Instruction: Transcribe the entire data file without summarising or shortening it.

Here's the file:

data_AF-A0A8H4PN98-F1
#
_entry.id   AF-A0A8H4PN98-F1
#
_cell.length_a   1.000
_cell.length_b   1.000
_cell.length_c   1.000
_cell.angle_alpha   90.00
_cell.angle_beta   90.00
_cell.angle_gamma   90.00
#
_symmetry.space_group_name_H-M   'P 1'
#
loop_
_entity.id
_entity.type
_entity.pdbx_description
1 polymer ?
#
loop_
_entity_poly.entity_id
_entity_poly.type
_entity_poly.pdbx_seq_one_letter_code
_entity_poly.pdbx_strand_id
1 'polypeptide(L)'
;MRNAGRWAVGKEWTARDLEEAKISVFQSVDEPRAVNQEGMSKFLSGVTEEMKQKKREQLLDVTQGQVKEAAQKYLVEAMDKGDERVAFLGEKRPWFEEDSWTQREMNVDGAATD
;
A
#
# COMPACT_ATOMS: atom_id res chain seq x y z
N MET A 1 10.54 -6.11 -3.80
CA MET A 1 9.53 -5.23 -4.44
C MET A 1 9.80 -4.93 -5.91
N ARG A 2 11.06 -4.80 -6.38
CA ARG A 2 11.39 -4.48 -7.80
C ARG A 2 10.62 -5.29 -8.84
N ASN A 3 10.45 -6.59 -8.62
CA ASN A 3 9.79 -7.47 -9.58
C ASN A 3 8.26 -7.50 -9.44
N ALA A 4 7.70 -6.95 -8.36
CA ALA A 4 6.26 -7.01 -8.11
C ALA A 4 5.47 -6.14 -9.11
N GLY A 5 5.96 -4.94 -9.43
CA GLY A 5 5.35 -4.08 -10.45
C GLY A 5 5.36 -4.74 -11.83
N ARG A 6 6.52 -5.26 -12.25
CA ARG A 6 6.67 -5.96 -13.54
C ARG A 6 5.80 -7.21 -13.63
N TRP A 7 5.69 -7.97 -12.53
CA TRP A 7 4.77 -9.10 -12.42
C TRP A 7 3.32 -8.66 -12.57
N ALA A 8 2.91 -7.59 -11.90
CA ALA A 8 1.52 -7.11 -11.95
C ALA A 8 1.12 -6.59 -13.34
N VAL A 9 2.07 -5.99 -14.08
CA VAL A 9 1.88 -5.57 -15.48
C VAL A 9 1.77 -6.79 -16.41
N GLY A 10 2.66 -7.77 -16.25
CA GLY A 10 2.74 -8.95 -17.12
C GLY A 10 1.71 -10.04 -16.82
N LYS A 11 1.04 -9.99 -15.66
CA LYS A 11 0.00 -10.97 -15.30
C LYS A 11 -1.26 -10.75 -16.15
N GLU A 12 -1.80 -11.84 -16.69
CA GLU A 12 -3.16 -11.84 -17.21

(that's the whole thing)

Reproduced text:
data_AF-A0A8H4PN98-F1
#
_entry.id   AF-A0A8H4PN98-F1
#
_cell.length_a   1.000
_cell.length_b   1.000
_cell.length_c   1.000
_cell.angle_alpha   90.00
_cell.angle_beta   90.00
_cell.angle_gamma   90.00
#
_symmetry.space_group_name_H-M   'P 1'
#
loop_
_entity.id
_entity.type
_entity.pdbx_description
1 polymer ?
#
loop_
_entity_poly.entity_id
_entity_poly.type
_entity_poly.pdbx_seq_one_letter_code
_entity_poly.pdbx_strand_id
1 'polypeptide(L)'
;MRNAGRWAVGKEWTARDLEEAKISVFQSVDEPRAVNQEGMSKFLSGVTEEMKQKKREQLLDVTQGQVKEAAQKYLVEAMDKGDERVAFLGEKRPWFEEDSWTQREMNVDGAATD
;
A
#
# COMPACT_ATOMS: atom_id res chain seq x y z
N MET A 1 10.54 -6.11 -3.80
CA MET A 1 9.53 -5.23 -4.44
C MET A 1 9.80 -4.93 -5.91
N ARG A 2 11.06 -4.80 -6.38
CA ARG A 2 11.39 -4.48 -7.80
C ARG A 2 10.62 -5.29 -8.84
N ASN A 3 10.45 -6.59 -8.62
CA ASN A 3 9.79 -7.47 -9.58
C ASN A 3 8.26 -7.50 -9.44
N ALA A 4 7.70 -6.95 -8.36
CA ALA A 4 6.26 -7.01 -8.11
C ALA A 4 5.47 -6.14 -9.11
N GLY A 5 5.96 -4.94 -9.43
CA GLY A 5 5.35 -4.08 -10.45
C GLY A 5 5.36 -4.74 -11.83
N ARG A 6 6.52 -5.26 -12.25
CA ARG A 6 6.67 -5.96 -13.54
C ARG A 6 5.80 -7.21 -13.63
N TRP A 7 5.69 -7.97 -12.53
CA TRP A 7 4.77 -9.10 -12.42
C TRP A 7 3.32 -8.66 -12.57
N ALA A 8 2.91 -7.59 -11.90
CA ALA A 8 1.52 -7.11 -11.95
C ALA A 8 1.12 -6.59 -13.34
N VAL A 9 2.07 -5.99 -14.08
CA VAL A 9 1.88 -5.57 -15.48
C VAL A 9 1.77 -6.79 -16.41
N GLY A 10 2.66 -7.77 -16.25
CA GLY A 10 2.74 -8.95 -17.12
C GLY A 10 1.71 -10.04 -16.82
N LYS A 11 1.04 -9.99 -15.66
CA LYS A 11 0.00 -10.97 -15.30
C LYS A 11 -1.26 -10.75 -16.15
N GLU A 12 -1.80 -11.84 -16.69
CA GLU A 12 -3.16 -11.84 -17.21